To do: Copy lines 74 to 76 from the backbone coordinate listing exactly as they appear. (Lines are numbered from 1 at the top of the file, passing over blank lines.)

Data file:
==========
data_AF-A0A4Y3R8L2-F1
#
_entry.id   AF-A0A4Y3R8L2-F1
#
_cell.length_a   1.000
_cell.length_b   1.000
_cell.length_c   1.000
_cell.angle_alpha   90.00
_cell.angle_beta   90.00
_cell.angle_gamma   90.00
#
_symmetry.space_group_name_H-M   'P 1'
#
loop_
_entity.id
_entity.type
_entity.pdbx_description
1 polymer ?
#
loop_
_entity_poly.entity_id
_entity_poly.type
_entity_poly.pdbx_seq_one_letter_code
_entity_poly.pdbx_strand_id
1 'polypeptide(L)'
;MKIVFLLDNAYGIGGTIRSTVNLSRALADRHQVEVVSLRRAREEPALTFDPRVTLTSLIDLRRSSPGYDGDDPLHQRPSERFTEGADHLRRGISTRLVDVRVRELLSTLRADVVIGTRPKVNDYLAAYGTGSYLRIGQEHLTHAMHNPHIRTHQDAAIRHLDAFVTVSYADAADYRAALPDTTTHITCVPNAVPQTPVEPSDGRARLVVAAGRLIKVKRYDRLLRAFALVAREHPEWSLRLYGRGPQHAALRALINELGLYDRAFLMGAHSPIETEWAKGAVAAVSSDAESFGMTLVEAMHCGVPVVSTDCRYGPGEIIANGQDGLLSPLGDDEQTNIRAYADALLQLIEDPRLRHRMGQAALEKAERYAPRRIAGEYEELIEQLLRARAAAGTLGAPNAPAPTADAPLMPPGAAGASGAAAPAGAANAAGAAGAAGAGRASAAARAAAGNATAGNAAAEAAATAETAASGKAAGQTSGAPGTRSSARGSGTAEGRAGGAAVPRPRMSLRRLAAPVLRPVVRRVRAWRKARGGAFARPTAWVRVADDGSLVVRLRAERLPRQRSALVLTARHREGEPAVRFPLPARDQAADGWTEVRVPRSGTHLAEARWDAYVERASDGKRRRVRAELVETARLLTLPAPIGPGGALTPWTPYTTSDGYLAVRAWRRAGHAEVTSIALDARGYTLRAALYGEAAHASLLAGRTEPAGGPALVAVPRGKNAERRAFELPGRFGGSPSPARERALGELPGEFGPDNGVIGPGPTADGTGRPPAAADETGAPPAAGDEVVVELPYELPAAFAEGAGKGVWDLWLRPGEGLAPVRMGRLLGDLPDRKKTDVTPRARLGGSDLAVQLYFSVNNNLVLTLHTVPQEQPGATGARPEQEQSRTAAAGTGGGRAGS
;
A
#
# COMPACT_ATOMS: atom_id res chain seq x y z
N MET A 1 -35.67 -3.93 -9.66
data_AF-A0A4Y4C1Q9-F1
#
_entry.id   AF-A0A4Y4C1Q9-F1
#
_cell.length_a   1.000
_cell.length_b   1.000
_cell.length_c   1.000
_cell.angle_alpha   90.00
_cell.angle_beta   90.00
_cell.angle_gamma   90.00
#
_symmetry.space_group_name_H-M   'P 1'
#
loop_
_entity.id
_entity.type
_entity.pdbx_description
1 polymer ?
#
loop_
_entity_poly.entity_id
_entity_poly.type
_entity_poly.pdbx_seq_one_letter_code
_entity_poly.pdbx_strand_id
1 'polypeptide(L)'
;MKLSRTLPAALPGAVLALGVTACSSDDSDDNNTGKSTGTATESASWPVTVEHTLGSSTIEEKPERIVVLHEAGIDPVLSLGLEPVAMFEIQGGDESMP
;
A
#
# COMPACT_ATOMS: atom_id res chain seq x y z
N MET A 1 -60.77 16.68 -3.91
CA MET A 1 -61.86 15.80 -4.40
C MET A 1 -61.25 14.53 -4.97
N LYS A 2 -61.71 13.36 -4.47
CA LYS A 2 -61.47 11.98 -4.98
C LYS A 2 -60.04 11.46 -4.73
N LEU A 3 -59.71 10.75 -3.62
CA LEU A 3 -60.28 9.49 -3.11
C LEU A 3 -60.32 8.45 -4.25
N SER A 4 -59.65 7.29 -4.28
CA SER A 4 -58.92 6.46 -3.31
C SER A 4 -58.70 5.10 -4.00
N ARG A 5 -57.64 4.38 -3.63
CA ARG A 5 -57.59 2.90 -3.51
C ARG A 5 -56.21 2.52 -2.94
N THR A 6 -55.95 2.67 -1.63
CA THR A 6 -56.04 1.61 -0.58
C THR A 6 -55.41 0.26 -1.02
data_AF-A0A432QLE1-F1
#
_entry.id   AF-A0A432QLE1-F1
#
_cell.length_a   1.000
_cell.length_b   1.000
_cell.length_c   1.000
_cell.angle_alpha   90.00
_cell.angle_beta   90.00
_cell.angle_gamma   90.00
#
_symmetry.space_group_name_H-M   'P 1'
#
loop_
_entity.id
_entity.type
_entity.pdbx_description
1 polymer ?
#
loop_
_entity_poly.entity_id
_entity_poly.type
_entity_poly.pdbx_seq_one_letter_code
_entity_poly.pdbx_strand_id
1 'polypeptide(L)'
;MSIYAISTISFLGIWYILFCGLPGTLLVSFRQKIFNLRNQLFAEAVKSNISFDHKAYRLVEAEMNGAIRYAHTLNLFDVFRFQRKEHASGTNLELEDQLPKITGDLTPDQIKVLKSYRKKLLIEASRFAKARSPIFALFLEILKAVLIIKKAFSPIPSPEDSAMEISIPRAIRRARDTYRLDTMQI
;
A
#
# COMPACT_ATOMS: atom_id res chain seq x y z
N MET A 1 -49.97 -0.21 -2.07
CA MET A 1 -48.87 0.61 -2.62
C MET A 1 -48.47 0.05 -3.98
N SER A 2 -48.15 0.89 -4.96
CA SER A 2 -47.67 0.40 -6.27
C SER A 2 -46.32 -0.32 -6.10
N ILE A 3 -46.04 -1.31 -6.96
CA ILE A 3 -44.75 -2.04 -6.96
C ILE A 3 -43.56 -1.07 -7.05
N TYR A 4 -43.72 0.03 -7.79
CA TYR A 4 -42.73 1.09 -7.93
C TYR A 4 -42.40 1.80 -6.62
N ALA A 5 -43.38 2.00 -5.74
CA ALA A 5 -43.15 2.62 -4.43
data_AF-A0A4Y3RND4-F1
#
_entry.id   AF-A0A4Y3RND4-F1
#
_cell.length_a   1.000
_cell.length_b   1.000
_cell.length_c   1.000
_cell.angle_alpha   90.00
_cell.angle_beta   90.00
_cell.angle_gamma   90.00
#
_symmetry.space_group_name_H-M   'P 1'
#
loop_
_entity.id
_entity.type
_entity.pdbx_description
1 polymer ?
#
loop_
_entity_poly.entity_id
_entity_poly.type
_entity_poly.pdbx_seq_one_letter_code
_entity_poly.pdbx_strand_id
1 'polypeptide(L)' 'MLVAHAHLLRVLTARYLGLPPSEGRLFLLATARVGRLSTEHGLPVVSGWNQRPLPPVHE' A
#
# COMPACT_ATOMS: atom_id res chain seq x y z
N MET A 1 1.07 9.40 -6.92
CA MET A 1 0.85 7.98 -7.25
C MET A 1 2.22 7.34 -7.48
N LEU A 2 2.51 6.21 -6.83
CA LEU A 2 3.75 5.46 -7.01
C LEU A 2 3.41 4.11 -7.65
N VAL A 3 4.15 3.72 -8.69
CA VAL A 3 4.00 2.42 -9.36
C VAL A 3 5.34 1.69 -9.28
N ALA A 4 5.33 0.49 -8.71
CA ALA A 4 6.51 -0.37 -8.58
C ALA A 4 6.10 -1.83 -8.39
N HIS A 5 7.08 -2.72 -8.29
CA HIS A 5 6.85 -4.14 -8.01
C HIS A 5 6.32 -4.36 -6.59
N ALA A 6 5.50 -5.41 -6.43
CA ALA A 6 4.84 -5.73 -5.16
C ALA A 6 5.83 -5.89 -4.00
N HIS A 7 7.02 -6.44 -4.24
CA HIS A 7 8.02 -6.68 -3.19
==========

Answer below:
N ARG A 5 -57.64 4.38 -3.63
CA ARG A 5 -57.59 2.90 -3.51
C ARG A 5 -56.21 2.52 -2.94